I am so relieved to know that you don’t need to have been born with a silver spoon in your mouth** to taste food at its best. You just need the ten fingers and two hands God has created each and every person with to get the most out of the sweet or savory or spiciness of the food you eat. I pray that God grants me the wisdom to raise my kids in a way that demonstrates the beauty found in so many cultures, and that our choices would encourage curiosity and excitement for people from all corners of the globe.
Lets choose curiosity over convenience, just like I chose the broom over a fork. Nothing about the life of Jesus encouraged convenience; maybe because He knew we would miss the best the world has to offer if we did so. Convenience hides behind comfort, while curiosity takes courage.
Speaking of meal time routines, during my research I discovered the wide array of ways people around the globe are saying grace or giving thanks before a meal. I think I am going to teach my sons a common prayer said in Latin America:
To those who have hunger
And to those who have bread
Give the hunger for justice.
Life is richer with global influence, and your taste buds will thank you too!
If you’re not familiar, mezze is basically small plates for sharing. “To me, mezze is the most disarming, unpretentious, and intimate meal. It is designed for long visits; lots of laughter; and the deepest of conversations with friends and loved ones.” (www.themediterraneandish.com)
• 2 baby eggplants, sliced lengthwise (1/2″ or so in width)
• Olive oil
• Traditional Creamy Hummus or 10-oz tub store-bought like Sabra Classic Hummus
• Homemade Roasted Red Pepper Hummus or store-bought like Sabra Roasted Red Pepper Hummus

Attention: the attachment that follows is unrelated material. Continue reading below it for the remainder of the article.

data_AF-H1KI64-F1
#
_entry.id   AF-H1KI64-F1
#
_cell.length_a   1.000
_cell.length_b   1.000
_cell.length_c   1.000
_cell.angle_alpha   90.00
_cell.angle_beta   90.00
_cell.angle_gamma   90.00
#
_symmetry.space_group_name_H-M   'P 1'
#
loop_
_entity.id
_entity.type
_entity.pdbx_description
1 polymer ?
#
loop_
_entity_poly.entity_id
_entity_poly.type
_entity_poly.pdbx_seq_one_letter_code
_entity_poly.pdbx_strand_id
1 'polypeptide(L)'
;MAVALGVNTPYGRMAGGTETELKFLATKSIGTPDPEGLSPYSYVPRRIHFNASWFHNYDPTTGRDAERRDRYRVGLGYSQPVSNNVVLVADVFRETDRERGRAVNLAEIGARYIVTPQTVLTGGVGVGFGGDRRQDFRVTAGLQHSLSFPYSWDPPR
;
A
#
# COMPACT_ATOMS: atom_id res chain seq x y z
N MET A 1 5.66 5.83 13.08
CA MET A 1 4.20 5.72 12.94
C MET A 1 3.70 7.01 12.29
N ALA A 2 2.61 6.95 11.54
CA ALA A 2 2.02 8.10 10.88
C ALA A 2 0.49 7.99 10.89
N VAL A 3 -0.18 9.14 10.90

• 1/2 bell pepper, any color, cored
• Homemade Greek Tzatziki or store-bought like Sabra Greek Yogurt Dip
• 6 Campari tomatoes, quartered
• 6 Persian (baby) cucumbers, sliced into spears
• Pitted Kalamata olives
• 1 15-oz can good quality marinated artichoke hearts
• 6 oz Greek feta cheese, cubed (not crumbled)
• 6 oz baby mozzarella cheese balls
• 3 oz prosciutto di parma
• 6 California fresh figs, halved (substituent: seedless grapes)
• 1 tsp sumac
• Pita bread or your choice of rustic European bread for serving
1 Place the eggplant slices on some paper towels and sprinkle with salt. Let the eggplants “sweat out” any bitterness for 20 minutes or so. Pat dry.
2 Preheat the oven to 400 degrees F. Place the eggplant slices on a lightly oiled baking pan, drizzle generously with olive oil. Roast for 20 minutes.
3 Meanwhile, assemble the remaining ingredients on a large serving platters. Begin with the two hummus spreads on opposite sides. Place Tzatziki sauce in the cored bell pepper right at the center of the platter. Assemble the remaining ingredients on the platter to your liking. When the eggplant is roasted to a nice medium-brown, remove it from the oven and sprinkle with 1 tsp of sumac. Add the roasted eggplant to the platter.
4 You can cover and refrigerate this mezze party platter; take it out a few minutes before your guests arrive. Enjoy with warm pita and crostini or your choice of crackers!